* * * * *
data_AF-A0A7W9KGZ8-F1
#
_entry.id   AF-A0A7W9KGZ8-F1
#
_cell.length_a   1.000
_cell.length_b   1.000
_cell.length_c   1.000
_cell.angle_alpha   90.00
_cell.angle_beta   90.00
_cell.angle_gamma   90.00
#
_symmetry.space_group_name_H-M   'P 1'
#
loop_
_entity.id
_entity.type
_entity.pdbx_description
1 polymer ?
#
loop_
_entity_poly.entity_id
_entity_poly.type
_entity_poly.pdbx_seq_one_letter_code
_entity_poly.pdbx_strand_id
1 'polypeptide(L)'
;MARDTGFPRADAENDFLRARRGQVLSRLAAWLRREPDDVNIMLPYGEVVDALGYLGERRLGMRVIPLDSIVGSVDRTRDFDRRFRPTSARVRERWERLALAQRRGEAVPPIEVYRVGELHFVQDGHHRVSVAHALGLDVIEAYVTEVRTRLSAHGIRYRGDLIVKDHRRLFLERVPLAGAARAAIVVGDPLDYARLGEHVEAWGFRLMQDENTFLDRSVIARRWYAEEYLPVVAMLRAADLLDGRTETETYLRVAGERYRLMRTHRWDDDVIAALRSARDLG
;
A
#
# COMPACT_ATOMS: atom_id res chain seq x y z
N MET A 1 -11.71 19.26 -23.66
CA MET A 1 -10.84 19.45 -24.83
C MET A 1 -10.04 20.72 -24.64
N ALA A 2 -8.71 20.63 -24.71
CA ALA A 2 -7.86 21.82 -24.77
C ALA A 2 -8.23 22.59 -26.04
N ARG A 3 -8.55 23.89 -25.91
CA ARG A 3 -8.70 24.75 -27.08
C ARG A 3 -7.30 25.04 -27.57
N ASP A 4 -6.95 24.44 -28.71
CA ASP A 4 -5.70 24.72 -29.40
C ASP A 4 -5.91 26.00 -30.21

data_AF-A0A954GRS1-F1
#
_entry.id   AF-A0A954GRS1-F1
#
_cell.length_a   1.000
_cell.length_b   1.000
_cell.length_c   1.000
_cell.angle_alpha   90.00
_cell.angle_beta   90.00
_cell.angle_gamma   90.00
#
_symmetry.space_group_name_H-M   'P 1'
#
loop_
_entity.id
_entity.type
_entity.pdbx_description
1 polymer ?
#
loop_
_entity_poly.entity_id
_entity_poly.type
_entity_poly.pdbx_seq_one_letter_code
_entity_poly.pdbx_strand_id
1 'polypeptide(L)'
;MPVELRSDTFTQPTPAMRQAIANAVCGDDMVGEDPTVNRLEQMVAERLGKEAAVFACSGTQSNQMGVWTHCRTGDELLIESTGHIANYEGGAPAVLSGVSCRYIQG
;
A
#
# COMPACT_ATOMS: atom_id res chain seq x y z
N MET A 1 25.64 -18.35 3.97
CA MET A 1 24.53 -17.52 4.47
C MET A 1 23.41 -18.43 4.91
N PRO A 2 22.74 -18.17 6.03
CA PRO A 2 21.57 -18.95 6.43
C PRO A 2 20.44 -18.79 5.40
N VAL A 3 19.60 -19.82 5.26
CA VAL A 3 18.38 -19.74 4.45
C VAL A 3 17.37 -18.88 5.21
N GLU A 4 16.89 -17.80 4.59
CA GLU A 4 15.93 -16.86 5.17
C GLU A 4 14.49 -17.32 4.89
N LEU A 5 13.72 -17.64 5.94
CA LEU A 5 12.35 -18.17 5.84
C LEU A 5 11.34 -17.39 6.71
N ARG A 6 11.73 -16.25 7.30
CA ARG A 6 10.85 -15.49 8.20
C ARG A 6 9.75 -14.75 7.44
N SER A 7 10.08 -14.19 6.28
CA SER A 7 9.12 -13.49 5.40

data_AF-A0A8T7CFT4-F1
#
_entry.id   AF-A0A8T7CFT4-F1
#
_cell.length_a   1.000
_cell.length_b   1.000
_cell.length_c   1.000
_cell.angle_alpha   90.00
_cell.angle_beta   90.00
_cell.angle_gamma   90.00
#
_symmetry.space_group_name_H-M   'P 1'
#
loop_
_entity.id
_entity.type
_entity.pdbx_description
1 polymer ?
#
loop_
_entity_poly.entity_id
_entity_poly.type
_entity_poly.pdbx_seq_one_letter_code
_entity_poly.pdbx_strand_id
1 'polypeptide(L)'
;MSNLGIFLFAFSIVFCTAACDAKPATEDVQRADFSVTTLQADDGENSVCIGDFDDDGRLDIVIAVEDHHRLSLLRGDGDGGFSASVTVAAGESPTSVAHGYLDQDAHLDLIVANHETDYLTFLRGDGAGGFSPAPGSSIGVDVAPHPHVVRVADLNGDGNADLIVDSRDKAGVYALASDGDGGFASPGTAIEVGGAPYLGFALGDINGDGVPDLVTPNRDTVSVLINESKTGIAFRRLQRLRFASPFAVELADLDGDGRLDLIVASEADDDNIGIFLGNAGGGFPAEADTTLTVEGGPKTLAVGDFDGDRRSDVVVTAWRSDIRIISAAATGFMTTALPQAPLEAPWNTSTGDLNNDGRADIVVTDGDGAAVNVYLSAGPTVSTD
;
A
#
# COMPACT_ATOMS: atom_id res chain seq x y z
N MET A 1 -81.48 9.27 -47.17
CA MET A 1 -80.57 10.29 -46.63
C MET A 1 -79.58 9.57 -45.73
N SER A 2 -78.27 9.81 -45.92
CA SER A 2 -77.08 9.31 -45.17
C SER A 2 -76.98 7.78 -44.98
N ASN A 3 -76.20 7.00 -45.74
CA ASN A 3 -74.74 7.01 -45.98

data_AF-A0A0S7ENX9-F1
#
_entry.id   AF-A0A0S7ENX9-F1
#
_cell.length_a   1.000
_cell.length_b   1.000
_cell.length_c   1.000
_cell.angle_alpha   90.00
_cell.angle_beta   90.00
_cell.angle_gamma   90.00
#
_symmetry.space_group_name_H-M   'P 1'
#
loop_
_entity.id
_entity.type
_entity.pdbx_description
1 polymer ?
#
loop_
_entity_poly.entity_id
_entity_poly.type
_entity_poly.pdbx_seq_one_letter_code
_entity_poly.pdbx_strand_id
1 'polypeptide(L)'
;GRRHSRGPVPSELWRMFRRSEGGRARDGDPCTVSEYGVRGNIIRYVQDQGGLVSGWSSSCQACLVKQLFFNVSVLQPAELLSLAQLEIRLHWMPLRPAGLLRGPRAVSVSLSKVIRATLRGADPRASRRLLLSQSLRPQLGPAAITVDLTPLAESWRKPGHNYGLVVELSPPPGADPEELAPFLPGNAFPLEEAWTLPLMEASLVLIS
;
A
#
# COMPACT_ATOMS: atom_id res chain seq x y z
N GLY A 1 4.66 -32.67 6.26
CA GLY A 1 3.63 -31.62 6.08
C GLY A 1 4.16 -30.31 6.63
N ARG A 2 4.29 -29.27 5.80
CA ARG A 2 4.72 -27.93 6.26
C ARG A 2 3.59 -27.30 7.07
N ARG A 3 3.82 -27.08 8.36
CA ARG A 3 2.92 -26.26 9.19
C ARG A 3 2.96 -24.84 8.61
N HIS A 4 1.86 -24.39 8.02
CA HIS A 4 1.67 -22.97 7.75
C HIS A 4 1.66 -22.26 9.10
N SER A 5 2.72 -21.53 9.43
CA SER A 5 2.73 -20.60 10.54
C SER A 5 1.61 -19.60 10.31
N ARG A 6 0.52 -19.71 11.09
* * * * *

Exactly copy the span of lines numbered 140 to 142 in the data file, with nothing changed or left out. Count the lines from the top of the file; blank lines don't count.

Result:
_cell.angle_gamma   90.00
#
_symmetry.space_group_name_H-M   'P 1'